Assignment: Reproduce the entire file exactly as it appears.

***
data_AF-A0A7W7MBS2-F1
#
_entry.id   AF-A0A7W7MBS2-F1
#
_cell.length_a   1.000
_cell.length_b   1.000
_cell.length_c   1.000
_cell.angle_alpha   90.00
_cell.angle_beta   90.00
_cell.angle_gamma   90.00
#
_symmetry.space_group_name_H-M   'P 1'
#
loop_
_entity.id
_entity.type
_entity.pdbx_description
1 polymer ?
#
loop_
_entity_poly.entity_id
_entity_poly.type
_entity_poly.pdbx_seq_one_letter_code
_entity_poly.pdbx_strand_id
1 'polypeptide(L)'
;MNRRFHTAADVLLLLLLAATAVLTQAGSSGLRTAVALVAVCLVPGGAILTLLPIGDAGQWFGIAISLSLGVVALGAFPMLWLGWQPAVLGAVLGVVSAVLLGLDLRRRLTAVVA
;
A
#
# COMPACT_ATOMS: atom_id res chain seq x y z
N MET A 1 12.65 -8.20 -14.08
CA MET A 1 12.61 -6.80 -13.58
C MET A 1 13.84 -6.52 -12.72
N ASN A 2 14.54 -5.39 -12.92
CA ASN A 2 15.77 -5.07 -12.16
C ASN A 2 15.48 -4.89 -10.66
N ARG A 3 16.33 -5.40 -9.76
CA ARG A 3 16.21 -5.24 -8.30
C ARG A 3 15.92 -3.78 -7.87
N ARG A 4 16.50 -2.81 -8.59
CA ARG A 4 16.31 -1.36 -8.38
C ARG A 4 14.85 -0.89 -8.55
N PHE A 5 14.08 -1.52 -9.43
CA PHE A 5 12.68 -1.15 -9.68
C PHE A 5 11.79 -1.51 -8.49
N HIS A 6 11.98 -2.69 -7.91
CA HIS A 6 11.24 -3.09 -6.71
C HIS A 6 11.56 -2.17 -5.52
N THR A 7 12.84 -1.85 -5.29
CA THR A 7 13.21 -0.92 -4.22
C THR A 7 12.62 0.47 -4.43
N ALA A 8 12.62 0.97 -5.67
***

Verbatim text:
data_AF-A0A7W7MBS2-F1
#
_entry.id   AF-A0A7W7MBS2-F1
#
_cell.length_a   1.000
_cell.length_b   1.000
_cell.length_c   1.000
_cell.angle_alpha   90.00
_cell.angle_beta   90.00
_cell.angle_gamma   90.00
#
_symmetry.space_group_name_H-M   'P 1'
#
loop_
_entity.id
_entity.type
_entity.pdbx_description
1 polymer ?
#
loop_
_entity_poly.entity_id
_entity_poly.type
_entity_poly.pdbx_seq_one_letter_code
_entity_poly.pdbx_strand_id
1 'polypeptide(L)'
;MNRRFHTAADVLLLLLLAATAVLTQAGSSGLRTAVALVAVCLVPGGAILTLLPIGDAGQWFGIAISLSLGVVALGAFPMLWLGWQPAVLGAVLGVVSAVLLGLDLRRRLTAVVA
;
A
#
# COMPACT_ATOMS: atom_id res chain seq x y z
N MET A 1 12.65 -8.20 -14.08
CA MET A 1 12.61 -6.80 -13.58
C MET A 1 13.84 -6.52 -12.72
N ASN A 2 14.54 -5.39 -12.92
CA ASN A 2 15.77 -5.07 -12.16
C ASN A 2 15.48 -4.89 -10.66
N ARG A 3 16.33 -5.40 -9.76
CA ARG A 3 16.21 -5.24 -8.30
C ARG A 3 15.92 -3.78 -7.87
N ARG A 4 16.50 -2.81 -8.59
CA ARG A 4 16.31 -1.36 -8.38
C ARG A 4 14.85 -0.89 -8.55
N PHE A 5 14.08 -1.52 -9.43
CA PHE A 5 12.68 -1.15 -9.68
C PHE A 5 11.79 -1.51 -8.49
N HIS A 6 11.98 -2.69 -7.91
CA HIS A 6 11.24 -3.09 -6.71
C HIS A 6 11.56 -2.17 -5.52
N THR A 7 12.84 -1.85 -5.29
CA THR A 7 13.21 -0.92 -4.22
C THR A 7 12.62 0.47 -4.43
N ALA A 8 12.62 0.97 -5.67